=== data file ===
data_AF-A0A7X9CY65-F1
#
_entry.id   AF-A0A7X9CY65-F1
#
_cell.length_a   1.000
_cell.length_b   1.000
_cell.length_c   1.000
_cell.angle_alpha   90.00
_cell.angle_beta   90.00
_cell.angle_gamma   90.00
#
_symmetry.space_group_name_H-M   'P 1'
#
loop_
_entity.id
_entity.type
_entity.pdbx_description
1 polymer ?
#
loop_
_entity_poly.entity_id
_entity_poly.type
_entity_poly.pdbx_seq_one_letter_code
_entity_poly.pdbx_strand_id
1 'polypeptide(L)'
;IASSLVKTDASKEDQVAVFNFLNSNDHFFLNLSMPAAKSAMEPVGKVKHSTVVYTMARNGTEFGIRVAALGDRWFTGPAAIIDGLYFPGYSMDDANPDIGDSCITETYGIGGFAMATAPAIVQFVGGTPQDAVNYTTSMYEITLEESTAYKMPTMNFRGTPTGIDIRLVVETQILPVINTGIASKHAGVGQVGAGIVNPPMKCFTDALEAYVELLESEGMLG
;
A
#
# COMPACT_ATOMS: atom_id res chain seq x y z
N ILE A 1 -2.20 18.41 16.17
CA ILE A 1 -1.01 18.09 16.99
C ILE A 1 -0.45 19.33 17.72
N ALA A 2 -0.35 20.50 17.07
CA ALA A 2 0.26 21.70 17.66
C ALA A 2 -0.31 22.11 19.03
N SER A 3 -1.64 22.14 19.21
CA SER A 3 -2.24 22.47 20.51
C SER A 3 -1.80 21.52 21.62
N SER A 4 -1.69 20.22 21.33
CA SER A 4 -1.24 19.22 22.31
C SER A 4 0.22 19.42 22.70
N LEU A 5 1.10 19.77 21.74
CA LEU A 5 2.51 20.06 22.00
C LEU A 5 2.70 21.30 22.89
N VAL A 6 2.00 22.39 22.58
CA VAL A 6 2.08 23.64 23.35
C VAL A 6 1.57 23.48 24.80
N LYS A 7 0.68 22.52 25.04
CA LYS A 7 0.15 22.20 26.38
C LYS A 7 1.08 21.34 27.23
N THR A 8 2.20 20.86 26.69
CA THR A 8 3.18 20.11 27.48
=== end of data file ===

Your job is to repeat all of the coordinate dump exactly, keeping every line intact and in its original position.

data_AF-A0A7X9CY65-F1
#
_entry.id   AF-A0A7X9CY65-F1
#
_cell.length_a   1.000
_cell.length_b   1.000
_cell.length_c   1.000
_cell.angle_alpha   90.00
_cell.angle_beta   90.00
_cell.angle_gamma   90.00
#
_symmetry.space_group_name_H-M   'P 1'
#
loop_
_entity.id
_entity.type
_entity.pdbx_description
1 polymer ?
#
loop_
_entity_poly.entity_id
_entity_poly.type
_entity_poly.pdbx_seq_one_letter_code
_entity_poly.pdbx_strand_id
1 'polypeptide(L)'
;IASSLVKTDASKEDQVAVFNFLNSNDHFFLNLSMPAAKSAMEPVGKVKHSTVVYTMARNGTEFGIRVAALGDRWFTGPAAIIDGLYFPGYSMDDANPDIGDSCITETYGIGGFAMATAPAIVQFVGGTPQDAVNYTTSMYEITLEESTAYKMPTMNFRGTPTGIDIRLVVETQILPVINTGIASKHAGVGQVGAGIVNPPMKCFTDALEAYVELLESEGMLG
;
A
#
# COMPACT_ATOMS: atom_id res chain seq x y z
N ILE A 1 -2.20 18.41 16.17
CA ILE A 1 -1.01 18.09 16.99
C ILE A 1 -0.45 19.33 17.72
N ALA A 2 -0.35 20.50 17.07
CA ALA A 2 0.26 21.70 17.66
C ALA A 2 -0.31 22.11 19.03
N SER A 3 -1.64 22.14 19.21
CA SER A 3 -2.24 22.47 20.51
C SER A 3 -1.80 21.52 21.62
N SER A 4 -1.69 20.22 21.33
CA SER A 4 -1.24 19.22 22.31
C SER A 4 0.22 19.42 22.70
N LEU A 5 1.10 19.77 21.74
CA LEU A 5 2.51 20.06 22.00
C LEU A 5 2.70 21.30 22.89
N VAL A 6 2.00 22.39 22.58
CA VAL A 6 2.08 23.64 23.35
C VAL A 6 1.57 23.48 24.80
N LYS A 7 0.68 22.52 25.04
CA LYS A 7 0.15 22.20 26.38
C LYS A 7 1.08 21.34 27.23
N THR A 8 2.20 20.86 26.69
CA THR A 8 3.18 20.11 27.48